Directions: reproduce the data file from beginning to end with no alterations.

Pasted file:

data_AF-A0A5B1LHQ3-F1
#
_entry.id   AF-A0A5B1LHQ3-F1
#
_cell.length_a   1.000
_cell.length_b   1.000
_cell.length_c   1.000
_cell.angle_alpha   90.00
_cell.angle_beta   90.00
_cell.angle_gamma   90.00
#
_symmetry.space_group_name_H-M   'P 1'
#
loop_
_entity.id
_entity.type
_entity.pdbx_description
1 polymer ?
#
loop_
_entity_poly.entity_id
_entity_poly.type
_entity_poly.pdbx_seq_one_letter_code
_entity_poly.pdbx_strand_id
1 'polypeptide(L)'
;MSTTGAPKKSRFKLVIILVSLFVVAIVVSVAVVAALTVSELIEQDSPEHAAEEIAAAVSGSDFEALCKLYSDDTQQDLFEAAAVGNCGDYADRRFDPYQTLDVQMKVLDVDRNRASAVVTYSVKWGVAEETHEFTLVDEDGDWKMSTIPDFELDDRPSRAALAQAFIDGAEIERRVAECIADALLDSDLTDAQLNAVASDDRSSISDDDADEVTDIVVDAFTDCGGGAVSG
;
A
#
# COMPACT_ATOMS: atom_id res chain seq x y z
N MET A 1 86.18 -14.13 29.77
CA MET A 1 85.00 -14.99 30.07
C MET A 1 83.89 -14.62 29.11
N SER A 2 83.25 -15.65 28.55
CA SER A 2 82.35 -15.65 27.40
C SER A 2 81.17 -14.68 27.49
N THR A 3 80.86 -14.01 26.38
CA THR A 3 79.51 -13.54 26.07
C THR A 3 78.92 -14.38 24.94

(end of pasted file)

data_AF-A0A5B1LHQ3-F1
#
_entry.id   AF-A0A5B1LHQ3-F1
#
_cell.length_a   1.000
_cell.length_b   1.000
_cell.length_c   1.000
_cell.angle_alpha   90.00
_cell.angle_beta   90.00
_cell.angle_gamma   90.00
#
_symmetry.space_group_name_H-M   'P 1'
#
loop_
_entity.id
_entity.type
_entity.pdbx_description
1 polymer ?
#
loop_
_entity_poly.entity_id
_entity_poly.type
_entity_poly.pdbx_seq_one_letter_code
_entity_poly.pdbx_strand_id
1 'polypeptide(L)'
;MSTTGAPKKSRFKLVIILVSLFVVAIVVSVAVVAALTVSELIEQDSPEHAAEEIAAAVSGSDFEALCKLYSDDTQQDLFEAAAVGNCGDYADRRFDPYQTLDVQMKVLDVDRNRASAVVTYSVKWGVAEETHEFTLVDEDGDWKMSTIPDFELDDRPSRAALAQAFIDGAEIERRVAECIADALLDSDLTDAQLNAVASDDRSSISDDDADEVTDIVVDAFTDCGGGAVSG
;
A
#
# COMPACT_ATOMS: atom_id res chain seq x y z
N MET A 1 86.18 -14.13 29.77
CA MET A 1 85.00 -14.99 30.07
C MET A 1 83.89 -14.62 29.11
N SER A 2 83.25 -15.65 28.55
CA SER A 2 82.35 -15.65 27.40
C SER A 2 81.17 -14.68 27.49
N THR A 3 80.86 -14.01 26.38
CA THR A 3 79.51 -13.54 26.07
C THR A 3 78.92 -14.38 24.94